CAP Theorem

In theoretical computer science the CAP theorem, also known as Brewer’s theorem, states that it is impossible for a distributed computer system to simultaneously provide all three of the following guarantees:

Consistency (all nodes see the same data at the same time)
Availability (a guarantee that every request receives a response about whether it was successful or failed)
Partition tolerance (the system continues to operate despite arbitrary message loss)

According to the theorem, a distributed system can satisfy any two of these guarantees at the same time, but not all three.

(courtesy of Wikipedia)

In summary:

C – consistency (ACID)

A – availability (uptime)

P – partition tolerance

The layman’s description of partition tolerance is basically the ability to split your data across multiple, geographically distinct partitions (George Reese).

From the book The Architecture of Open Source Applications,

Partitioning: For scalability, availability, or durability reasons, does the data need to live on multiple servers? How do you know which record is on which server?

Splitting data across partitions reminds us of Google File System and BigTable. Partitions can be

  • node within a LAN (Level 1 Partition)
  • node across a LAN (Level 2 Partition)
  • node within a WAN (Level 3 Partition)
  • node across a WAN (Level 4 Partition)

How much you can tolerate latency or downtime defines your zone comfort for availability. My interpretation of CAP Theorem from a system point of view is that, partition tolerance and availability are just two sides of the same coin. The only difference is that, partition tolerance operates at the node level in a system, whereas availability operates at the lower level of request and response.

So, in notation,

  • C + A –>  -P
  • A + P –>  -C
  • P + C –>  -A

CAP Theorem basically says, “You may choose two but not all three”.

A + P = -C is what NoSQL is all about. However, availability and partition tolerance are subjective since it depends on what is your concept of availability and arbitrary message loss. As the level of partition tolerance moves higher, so too are costs (see Google MegaStore multi-datacenter datastore).

It is interesting to note that Xeround is somewhat immune to CAP Theorem but only at Level 2 Partition. From Xeround FAQ,

Do you offer high-availability and auto failover across multiple regions/availability-zones/clouds?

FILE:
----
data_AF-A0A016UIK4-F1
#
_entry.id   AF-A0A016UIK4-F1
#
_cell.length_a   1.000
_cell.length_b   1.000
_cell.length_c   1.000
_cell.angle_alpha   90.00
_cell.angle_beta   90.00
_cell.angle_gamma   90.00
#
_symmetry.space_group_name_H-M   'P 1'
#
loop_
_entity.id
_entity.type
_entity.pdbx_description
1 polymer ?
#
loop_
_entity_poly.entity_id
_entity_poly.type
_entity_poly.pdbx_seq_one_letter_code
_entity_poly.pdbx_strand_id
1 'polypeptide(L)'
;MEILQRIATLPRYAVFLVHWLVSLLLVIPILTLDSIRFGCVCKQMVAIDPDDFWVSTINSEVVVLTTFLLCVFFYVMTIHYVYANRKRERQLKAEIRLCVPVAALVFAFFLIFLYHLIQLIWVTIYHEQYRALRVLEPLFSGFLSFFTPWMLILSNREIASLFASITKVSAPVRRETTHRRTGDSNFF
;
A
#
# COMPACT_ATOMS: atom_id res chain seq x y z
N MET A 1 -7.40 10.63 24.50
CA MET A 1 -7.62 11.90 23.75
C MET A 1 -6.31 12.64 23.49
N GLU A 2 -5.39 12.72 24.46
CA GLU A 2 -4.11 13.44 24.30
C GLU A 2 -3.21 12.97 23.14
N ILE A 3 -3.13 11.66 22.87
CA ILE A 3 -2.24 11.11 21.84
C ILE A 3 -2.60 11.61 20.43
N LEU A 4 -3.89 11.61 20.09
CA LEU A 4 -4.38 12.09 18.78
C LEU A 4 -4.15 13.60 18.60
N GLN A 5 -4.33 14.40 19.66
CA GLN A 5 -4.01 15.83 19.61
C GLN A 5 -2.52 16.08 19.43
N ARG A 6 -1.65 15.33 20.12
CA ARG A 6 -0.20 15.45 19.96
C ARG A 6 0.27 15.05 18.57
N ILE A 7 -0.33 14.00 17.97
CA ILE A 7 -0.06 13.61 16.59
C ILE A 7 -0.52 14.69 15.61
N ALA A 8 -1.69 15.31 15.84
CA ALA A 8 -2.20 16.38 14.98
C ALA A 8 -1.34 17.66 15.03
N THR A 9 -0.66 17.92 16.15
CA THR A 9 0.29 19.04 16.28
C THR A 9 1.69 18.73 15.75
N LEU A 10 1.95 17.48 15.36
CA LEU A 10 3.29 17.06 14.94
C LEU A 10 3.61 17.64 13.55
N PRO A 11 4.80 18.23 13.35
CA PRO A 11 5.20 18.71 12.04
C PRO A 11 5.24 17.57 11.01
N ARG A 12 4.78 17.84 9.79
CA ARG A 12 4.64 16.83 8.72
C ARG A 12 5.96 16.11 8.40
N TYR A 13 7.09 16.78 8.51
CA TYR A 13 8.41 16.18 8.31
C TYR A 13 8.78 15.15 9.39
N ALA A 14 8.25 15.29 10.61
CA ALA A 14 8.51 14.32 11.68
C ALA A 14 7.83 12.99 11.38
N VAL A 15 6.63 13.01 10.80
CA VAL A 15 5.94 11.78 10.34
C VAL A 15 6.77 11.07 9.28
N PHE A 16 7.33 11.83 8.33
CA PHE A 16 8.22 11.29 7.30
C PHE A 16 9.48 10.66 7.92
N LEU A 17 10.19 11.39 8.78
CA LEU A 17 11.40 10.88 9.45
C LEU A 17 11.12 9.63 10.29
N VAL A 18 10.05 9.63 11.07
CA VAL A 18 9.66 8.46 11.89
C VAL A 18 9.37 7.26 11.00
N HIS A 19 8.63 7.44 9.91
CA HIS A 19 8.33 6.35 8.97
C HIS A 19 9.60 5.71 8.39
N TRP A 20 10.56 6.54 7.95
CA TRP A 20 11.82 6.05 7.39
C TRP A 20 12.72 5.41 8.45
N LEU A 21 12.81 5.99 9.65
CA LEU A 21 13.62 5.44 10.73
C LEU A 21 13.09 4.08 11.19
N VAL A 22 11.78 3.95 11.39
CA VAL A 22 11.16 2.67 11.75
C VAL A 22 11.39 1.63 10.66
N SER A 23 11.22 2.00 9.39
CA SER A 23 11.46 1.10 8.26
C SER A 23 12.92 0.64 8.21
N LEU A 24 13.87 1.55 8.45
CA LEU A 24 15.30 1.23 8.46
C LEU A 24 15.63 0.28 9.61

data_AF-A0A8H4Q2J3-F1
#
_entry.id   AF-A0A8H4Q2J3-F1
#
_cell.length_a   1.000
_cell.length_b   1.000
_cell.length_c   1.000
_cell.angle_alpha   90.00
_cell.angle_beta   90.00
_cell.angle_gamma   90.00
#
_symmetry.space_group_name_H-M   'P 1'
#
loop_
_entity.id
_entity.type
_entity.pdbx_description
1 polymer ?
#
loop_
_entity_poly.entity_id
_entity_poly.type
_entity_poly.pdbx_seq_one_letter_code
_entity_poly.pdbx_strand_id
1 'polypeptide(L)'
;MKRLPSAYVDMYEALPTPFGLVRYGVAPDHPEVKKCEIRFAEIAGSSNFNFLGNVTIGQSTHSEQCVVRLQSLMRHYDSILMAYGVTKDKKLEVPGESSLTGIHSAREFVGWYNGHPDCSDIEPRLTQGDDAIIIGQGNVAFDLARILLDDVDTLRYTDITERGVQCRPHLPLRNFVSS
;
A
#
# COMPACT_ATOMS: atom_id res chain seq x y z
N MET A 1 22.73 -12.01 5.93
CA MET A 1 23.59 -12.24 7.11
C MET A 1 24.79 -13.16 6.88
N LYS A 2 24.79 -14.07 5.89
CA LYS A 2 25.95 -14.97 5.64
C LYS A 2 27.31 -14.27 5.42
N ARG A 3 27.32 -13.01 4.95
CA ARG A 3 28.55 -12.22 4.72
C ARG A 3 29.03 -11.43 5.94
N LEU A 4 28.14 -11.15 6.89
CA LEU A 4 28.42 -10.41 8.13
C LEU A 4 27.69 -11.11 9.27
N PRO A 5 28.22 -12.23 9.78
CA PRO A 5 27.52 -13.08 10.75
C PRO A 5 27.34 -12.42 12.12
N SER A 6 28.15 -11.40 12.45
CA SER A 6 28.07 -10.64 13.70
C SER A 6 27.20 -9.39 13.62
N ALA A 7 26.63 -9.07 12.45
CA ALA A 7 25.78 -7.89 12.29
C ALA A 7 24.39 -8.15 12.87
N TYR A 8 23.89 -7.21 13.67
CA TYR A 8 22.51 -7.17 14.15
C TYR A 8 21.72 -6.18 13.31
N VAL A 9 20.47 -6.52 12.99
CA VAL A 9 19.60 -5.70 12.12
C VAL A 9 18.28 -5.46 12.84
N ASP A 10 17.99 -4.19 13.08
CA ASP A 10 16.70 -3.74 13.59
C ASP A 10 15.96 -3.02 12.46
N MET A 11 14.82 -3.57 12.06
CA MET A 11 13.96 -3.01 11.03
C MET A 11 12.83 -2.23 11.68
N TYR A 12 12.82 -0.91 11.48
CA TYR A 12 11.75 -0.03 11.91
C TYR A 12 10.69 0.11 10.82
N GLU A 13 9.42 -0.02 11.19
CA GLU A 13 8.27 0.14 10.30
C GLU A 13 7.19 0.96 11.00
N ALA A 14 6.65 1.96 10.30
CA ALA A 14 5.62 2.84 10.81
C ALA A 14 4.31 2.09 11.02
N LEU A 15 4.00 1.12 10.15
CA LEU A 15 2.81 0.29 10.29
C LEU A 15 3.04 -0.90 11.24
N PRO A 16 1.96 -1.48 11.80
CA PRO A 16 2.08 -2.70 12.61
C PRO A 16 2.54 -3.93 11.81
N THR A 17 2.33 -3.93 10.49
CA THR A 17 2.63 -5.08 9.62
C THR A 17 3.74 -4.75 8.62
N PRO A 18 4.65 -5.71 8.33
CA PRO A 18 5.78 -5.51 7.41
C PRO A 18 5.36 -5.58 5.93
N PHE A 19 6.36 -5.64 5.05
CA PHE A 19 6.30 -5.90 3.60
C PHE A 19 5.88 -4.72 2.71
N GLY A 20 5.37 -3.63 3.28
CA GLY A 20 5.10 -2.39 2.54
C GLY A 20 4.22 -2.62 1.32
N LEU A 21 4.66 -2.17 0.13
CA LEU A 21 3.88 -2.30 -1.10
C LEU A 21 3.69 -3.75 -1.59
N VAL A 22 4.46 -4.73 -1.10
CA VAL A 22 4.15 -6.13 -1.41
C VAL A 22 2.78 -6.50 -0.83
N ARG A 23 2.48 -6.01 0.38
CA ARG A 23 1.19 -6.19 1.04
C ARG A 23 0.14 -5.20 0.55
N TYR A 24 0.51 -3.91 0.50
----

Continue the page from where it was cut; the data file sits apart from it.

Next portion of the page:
We plan to expand to offering availability across multiple clouds, regions and availability zones within existing data centers.Our technology allows us to arbitrarily set the number of data replicas that we manage as well as the role and location of each one of these. By design, our system is tolerant to faults in any of its replicas and continues to perform during and after a replica’s failure. In its current form, our service is offered with two active-active replicas, both residing in the same data center (and availability zone) as a means of protecting against a single server’s failure.

In the future we will offer other configurations like 4-replicas (1-per-zone) – where in such a configuration the system will be able to withstand the loss of one, two or even three of the availability zones that it is using and still provide the database service. Similarly, another deployment form could be split between the east and west data centers to ensure the DB’s availability even in the event of a data center meltdown.

Btw, here is Amazon’s description of multiple locations:

Multiple Locations – Amazon EC2 provides the ability to place instances in multiple locations. Amazon EC2 locations are composed of Regions and Availability Zones. Availability Zones are distinct locations that are engineered to be insulated from failures in other Availability Zones and provide inexpensive, low latency network connectivity to other Availability Zones in the same Region. By launching instances in separate Availability Zones, you can protect your applications from failure of a single location. Regions consist of one or more Availability Zones, are geographically dispersed, and will be in separate geographic areas or countries. The Amazon EC2 Service Level Agreement commitment is 99.95% availability for each Amazon EC2 Region. Amazon EC2 is currently available in seven regions: US East (Northern Virginia), US West (Oregon), US West (Northern California), EU (Ireland), Asia Pacific (Singapore), Asia Pacific (Tokyo), and AWS GovCloud.

And yet, the recent Amazon EBS outage calls availability zones into question.


One Comment Add yours

  1. Itamar Haber says:

    Thanks for sharing your interpretation and insights on CAP. Being a distributed system, Xeround is bound by the theorem and in that context our database is C+A (=-P). Regrettably, we are not immune to network splits but we do try to offset our partition intolerance by using automatic, majority-based reconciliation mechanisms when these occur. This approach is suitable when handling several common partitioning scenarios, but in others scenarios we would need to resort to external arbitration to overcome the network split.

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